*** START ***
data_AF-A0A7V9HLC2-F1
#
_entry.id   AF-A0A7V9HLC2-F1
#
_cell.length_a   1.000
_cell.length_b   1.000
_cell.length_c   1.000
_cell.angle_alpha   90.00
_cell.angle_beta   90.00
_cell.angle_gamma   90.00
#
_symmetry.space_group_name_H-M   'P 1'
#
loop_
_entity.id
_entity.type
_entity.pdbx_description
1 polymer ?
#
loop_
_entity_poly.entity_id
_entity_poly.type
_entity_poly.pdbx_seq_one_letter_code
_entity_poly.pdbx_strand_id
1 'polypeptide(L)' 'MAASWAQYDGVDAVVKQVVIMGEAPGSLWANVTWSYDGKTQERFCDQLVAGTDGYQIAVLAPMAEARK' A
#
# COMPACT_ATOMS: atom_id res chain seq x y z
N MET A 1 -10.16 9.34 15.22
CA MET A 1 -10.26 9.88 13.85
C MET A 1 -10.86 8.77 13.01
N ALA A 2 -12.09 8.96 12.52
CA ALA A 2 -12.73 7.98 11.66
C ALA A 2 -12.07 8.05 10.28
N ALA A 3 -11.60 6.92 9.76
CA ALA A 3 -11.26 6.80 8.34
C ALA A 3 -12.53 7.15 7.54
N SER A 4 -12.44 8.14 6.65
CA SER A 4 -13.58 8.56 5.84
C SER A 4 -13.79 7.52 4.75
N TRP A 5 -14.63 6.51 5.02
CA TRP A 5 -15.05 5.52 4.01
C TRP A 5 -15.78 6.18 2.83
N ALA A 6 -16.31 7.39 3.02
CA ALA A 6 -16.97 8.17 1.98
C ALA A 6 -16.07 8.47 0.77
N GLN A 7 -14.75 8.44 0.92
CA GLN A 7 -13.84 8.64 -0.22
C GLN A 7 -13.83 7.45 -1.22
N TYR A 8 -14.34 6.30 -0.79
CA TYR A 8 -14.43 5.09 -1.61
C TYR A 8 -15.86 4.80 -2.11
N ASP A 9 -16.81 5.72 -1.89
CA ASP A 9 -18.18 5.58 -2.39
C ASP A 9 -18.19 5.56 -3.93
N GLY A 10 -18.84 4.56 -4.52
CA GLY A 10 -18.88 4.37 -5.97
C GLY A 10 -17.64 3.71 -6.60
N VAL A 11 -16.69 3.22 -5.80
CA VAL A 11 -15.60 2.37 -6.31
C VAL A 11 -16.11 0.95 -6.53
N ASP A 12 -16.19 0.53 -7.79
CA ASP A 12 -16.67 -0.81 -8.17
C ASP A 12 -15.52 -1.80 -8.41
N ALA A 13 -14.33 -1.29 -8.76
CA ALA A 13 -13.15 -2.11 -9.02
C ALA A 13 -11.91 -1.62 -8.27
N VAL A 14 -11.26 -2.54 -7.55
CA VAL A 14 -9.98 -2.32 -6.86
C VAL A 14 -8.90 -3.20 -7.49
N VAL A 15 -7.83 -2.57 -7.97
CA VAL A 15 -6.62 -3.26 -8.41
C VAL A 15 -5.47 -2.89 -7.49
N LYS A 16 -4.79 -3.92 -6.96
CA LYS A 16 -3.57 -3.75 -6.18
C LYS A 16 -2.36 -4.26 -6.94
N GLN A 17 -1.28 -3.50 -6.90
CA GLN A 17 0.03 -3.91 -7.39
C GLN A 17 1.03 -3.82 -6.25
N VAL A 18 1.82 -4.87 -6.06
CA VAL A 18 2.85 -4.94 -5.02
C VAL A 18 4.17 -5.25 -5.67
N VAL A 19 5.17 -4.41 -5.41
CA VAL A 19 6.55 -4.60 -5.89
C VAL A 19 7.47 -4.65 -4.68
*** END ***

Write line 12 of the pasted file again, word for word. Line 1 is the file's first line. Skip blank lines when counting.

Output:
_symmetry.space_group_name_H-M   'P 1'